Corruption in India – Part III

The Pondicherry Port – A Cover-up for Illegal Real Estate Development

The Coastal Regulation Zone (CRZ) notification of 1991 issued under the Environment (Protection) Act 1986 places restrictions on industries, operations and processes in the CRZ areas (which extend up to 500 m from the High Tide Line (HTL) and the land lying between the Low Tide Line (LTL) and the HTL).

Some of the prohibited activities in the CRZ are:

  • setting up of new industries and expansion of industries except those directly related to waterfront or directly needing foreshore facilities.
  • any construction activity between the LTL and HTL except facilities for carrying treated effluents and waste water discharges into the sea.
  • land reclamation for commercial purposes such as shopping and housing complexes, hotels and entertainment activities.
  • mining of sand, rocks, and other substrata material.
  • manufacture or handling or storage or disposal of hazardous substances.
  • harvesting or drawing of ground water and construction of mechanisms within 200 m of HTL.


Areas that are ecologically sensitive and important such as national parks, marine parks, sanctuaries, reserve forests, wildlife habitats, mangroves, corals/coral reef areas; areas close to breeding and spawning grounds of fish and other marine life, areas of outstanding beauty/areas rich in genetic diversity, historically important or heritage areas, areas likely to be inundated due to rising sea level consequent upon global warming and such other areas, as may be declared by the Central and State Government at the State or Union Territory level from time to time.

Pondicherry Port Limited (PPL), a consortium jointly owned by Subhash Projects & Marketing Limited (SPML) and Om Metals, signed a concession agreement with the Government of Pondicherry on 21 January 2006. The Pondicherry port development falls under CRZ 1. Port activities are permitted under CRZ 1, but real estate development is not. Based on the Environmental Impact Assessment report submitted by Halcrow Consulting India Limited (, the consultants for SPML, it is clear that the port, as proposed by SPML, is a cover-up for major real estate development on what will become prime beach-front property.

  1. SPML proposes a 20 million metric ton/year port “consisting of containers, liquid and general cargo, coal and iron ore, along with port associated facilities such as cruise terminal station & associated accommodation, retail area, offices, recreational centre, service apartments, and 3 & 4 star hotel for operators and tourists and others visiting the port”. To elaborate (quoting from the executive summary of the Environmental Impact Assessment report submitted by Halcrow, dated February 2006), the following essential development and facilities are planned along with the port expansion and modernization:
    1. Cruise terminal station and associated accommodation for cruise operators, tourists, and others.
    2. Meeting, incentive, conference, and exhibition center.
    3. Shopping/retail area for cruise , passengers, and other tourists.
    4. Offices for cruise, passengers, and toursits.
    5. Offices for various port operators, clearing and forwarding agents, and associated port business.
    6. Accommodation for the people associated with port directly and indirectly.
    7. Entertainment/recreational centre and area for people directly and indirectly involved in port operations and business.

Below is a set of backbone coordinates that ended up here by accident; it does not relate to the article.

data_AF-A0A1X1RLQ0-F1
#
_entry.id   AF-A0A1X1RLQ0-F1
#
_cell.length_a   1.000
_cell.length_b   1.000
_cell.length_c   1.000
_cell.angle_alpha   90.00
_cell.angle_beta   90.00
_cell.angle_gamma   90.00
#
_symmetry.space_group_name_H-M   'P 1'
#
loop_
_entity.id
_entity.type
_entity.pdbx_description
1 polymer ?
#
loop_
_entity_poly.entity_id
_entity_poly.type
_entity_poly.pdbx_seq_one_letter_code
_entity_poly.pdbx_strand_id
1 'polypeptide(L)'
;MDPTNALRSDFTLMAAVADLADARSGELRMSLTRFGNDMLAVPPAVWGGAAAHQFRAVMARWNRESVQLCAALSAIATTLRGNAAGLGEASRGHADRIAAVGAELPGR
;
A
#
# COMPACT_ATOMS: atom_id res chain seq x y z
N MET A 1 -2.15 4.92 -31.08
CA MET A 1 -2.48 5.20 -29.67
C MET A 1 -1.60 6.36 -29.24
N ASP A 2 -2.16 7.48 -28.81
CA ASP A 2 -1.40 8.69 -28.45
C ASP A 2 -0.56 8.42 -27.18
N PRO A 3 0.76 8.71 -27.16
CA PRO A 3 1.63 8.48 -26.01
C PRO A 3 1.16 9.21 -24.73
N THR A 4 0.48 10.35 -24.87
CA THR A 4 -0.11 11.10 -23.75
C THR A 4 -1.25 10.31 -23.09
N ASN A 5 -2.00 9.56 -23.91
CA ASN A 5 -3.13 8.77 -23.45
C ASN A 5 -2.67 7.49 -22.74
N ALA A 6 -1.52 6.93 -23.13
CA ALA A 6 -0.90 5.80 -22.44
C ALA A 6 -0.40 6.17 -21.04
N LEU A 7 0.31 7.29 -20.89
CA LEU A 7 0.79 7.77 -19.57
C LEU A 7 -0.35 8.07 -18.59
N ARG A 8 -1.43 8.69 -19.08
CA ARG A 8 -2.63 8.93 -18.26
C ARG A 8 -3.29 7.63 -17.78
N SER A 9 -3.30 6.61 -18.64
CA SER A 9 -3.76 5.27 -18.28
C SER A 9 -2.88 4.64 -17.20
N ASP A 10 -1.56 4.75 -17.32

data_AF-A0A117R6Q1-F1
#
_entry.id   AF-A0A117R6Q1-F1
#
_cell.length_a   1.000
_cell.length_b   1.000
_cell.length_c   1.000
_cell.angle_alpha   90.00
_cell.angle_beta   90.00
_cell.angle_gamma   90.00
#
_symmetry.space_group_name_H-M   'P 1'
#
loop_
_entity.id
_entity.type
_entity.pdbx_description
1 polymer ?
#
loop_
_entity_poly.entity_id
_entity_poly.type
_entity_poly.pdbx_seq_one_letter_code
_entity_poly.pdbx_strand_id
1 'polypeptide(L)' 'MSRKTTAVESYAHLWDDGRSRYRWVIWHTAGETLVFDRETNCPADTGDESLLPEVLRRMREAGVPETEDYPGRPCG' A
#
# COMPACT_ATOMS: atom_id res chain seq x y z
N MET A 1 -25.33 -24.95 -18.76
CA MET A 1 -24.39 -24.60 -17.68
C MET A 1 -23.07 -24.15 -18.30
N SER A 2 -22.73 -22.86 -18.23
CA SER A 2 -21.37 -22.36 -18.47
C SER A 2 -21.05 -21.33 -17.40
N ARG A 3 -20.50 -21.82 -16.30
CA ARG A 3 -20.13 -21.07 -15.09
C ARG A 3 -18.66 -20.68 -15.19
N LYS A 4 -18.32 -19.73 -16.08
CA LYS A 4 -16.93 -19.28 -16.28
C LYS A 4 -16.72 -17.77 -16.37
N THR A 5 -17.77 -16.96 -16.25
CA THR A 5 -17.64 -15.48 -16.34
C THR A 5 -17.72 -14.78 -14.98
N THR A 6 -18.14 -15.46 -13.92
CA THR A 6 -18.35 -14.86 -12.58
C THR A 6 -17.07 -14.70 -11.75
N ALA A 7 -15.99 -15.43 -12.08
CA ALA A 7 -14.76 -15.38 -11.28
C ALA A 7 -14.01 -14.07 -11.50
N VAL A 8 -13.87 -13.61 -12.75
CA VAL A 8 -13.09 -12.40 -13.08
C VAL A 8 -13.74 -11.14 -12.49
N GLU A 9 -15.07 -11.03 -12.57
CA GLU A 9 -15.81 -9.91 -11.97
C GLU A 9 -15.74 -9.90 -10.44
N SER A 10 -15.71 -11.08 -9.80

8. Parking area.
    9. Service apartments.
    10. 3/4-star hotel.
  2. Average traffic over the past 17 years has been 47,000 tons/year. No detailed local demand data has been provided by Halcrow.
  3. The project is not viable without the real estate component. However, as indicated above, hotels, shopping complexes, etc. are not permitted under the CRZ Act.
  4. “Facilities in the new port have been developed to cater for the forecast cargo demand [even though there is no demand forecast for the Pondicherry port] allowing for the maximum size that the land area including additional land to be provided by the Pondicherry Government and reclaimed land available for the port development can handle.” In other words, the port has been sized for the land to be made available to SPML, rather than the projected demand for the port.
  5. The port has been sized to the maximum amount of land to be made available. However, each phase of the four-phased project is dependent on traffic forecasts and financial viability, allowing the option for a much smaller port. The remaining land will be used for…?
  6. The project cost for this port is estimated to be Rs. 2700 crore – an unjustifiable number based on other port developments. With the JNPT port as a reference, this port should not cost more than Rs. 700 crore. The remaining Rs. 2000 crore be used for…?

3 Responses to “Corruption in India – Part III”

  1. 1 Chanamunna February 16, 2008 at 7:09 am

    Socialists will always have problems with development. Nowadays they have mastered the art of raising the environmental bogey to try to stop every development project that doesn’t meet their bookish theories taught by white haired leftist intellectuals in damp college class rooms.

  2. 2 Scrapo June 16, 2009 at 5:53 pm

    While the possibility of the port being a cover for real estate is there, there is no way that a port can be built for 700 cr.

    Secondly, even though the MOU may allow building of hotels, etc., it is not allowed under CRZ regulatons. A single PIL filed in the supreme court will have the half built project put on hold for years as has happened in the past with other projects.

    The feasibility report is definately doctored or made by someone who does not know ports.

  1. 1 In Memoriam: Pondicherry’s Beautiful Sandy Beaches | memestream Trackback on December 10, 2016 at 5:56 am

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